Energy

Experts Admit US Nuclear Power Program Way Behind Russia’s

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Andrew Follett Energy and Science Reporter
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Russia’s nuclear power program is rocketing past the U.S., according to experts.

Some of the world’s first floating nuclear power plants are being developed in Russia, and it’s pioneering fast reactors, according to experts. Russia plans to complete an average of one new large reactor per year until at least 2028. Nuclear technology and the services required to run it are a “major Russian policy and economic objective,” according to the World Nuclear Association.

The country’s nuclear bureaucracy works fast, authorizing the construction of new reactors in as little as two years. Getting regulatory approval to build a new reactor from the U.S. Nuclear Regulatory Commission (NRC) can take up to 25 years, while a reactor can be built in 10. It took an incredible 43 years to build America’s newest nuclear reactor due to scandals, red tape and environmental concerns.

Russia is operating 36 nuclear reactors and building another 20 for sale abroad.

Saudi Arabia is planning to purchase 16 nuclear power plants from Russia for $100 billion, despite terrorism concerns. The stated purpose of these reactors is to generate electricity, power desalination plants and reduce domestic oil consumption so Saudi Arabia can sell the oil abroad. The reactors will be built by the Russian government-controlled Rosatom State Nuclear Energy Cooperation.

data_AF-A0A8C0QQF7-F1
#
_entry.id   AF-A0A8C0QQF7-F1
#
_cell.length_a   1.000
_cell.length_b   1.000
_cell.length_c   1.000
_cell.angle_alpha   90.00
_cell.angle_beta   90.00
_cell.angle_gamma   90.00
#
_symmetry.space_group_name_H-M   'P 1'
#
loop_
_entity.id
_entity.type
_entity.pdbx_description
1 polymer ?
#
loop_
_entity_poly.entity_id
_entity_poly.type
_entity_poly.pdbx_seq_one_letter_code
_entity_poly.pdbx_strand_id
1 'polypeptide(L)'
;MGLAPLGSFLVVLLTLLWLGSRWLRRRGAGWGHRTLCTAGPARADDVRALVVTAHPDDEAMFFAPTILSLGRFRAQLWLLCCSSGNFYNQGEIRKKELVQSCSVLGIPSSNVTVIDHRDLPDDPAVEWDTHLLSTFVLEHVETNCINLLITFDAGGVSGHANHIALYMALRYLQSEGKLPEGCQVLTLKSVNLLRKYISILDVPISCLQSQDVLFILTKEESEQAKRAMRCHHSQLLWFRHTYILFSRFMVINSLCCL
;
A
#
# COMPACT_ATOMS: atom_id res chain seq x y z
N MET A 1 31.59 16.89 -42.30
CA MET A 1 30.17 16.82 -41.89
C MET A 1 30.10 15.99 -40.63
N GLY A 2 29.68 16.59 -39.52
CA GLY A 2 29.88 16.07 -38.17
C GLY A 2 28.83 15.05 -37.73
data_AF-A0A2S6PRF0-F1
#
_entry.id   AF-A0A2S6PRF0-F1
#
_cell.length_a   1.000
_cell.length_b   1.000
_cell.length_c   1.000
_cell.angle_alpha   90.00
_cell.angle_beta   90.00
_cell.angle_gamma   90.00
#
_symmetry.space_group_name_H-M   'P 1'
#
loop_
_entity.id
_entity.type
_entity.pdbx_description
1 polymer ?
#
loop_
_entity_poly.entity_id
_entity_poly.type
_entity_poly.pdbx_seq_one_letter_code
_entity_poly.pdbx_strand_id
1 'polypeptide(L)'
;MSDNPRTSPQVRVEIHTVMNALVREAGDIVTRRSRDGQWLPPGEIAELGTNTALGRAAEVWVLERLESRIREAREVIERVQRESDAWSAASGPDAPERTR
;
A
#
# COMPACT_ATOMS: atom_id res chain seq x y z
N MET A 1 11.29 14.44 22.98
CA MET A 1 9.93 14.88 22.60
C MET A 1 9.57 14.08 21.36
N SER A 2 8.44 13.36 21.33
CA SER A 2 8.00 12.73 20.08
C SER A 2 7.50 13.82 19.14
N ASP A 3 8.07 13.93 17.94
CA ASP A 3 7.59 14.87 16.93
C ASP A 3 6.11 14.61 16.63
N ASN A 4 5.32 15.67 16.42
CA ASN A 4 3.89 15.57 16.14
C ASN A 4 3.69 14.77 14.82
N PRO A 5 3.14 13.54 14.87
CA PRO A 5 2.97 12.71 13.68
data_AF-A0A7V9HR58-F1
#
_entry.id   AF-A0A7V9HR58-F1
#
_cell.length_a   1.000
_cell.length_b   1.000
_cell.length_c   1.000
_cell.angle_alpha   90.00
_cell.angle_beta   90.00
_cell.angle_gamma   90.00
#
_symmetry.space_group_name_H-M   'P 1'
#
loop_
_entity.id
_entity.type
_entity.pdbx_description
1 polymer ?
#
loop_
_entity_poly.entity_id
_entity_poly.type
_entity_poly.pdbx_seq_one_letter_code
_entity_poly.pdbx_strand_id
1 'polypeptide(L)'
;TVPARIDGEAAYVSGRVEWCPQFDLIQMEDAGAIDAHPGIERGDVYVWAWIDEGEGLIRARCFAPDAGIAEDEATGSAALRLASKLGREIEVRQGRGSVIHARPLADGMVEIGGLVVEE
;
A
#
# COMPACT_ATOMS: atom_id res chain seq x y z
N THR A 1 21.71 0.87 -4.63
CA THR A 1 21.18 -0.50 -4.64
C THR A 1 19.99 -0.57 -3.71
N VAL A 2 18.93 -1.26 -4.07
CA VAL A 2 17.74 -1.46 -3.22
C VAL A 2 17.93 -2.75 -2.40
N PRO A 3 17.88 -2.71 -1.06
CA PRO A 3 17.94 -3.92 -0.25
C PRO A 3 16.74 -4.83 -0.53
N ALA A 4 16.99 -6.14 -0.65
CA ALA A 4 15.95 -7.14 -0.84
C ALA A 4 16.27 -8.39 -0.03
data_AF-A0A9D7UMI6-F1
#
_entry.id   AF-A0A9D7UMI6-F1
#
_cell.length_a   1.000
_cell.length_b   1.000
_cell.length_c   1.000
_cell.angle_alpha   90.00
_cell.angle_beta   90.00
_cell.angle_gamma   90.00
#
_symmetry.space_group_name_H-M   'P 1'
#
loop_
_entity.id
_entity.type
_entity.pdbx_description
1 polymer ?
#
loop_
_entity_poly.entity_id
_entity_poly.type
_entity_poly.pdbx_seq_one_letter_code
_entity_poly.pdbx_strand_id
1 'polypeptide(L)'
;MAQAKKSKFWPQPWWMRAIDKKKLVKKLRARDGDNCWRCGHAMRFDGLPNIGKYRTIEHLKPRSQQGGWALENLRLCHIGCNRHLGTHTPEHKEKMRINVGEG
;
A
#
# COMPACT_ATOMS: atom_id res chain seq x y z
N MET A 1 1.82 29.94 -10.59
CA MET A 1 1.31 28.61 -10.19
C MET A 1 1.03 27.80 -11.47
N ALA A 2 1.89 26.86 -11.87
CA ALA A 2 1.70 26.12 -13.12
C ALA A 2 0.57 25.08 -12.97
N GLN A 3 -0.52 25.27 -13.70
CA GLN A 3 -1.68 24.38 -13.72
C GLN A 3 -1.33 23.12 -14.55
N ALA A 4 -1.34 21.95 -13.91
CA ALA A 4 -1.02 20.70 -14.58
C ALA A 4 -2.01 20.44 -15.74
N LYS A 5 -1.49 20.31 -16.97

Other unstable Islamic countries with terrorism problems — including Algeria, Iran, Pakistan and Egypt — are on their way to constructing new nuclear reactors with technical assistance and funding from Russia or China, which is also rapidly developing its nuclear power program.

Meanwhile, the American nuclear industry is being held back and hampered by regulations. The average U.S. nuclear power plant spends about $22 million a year simply complying with government mandates.

As a result, global installed nuclear capacity is expected to grow 60 percent by 2040,  while American capacity will likely only grow by 16 percent over the same time period, according to the International Energy Agency. Of the 59 new nuclear reactors under construction worldwide to help meet increasing demand for electricity, four of them are being built in the America — just enough to compensate for shutting down aging nuclear reactors.

The average age for American nuclear reactors is 35, nearly obsolete by modern design standards and near the end of 40-year operating licenses. Sixteen American nuclear reactors are more than 42 years old, according to government data compiled and mapped by The Daily Caller News Foundation.

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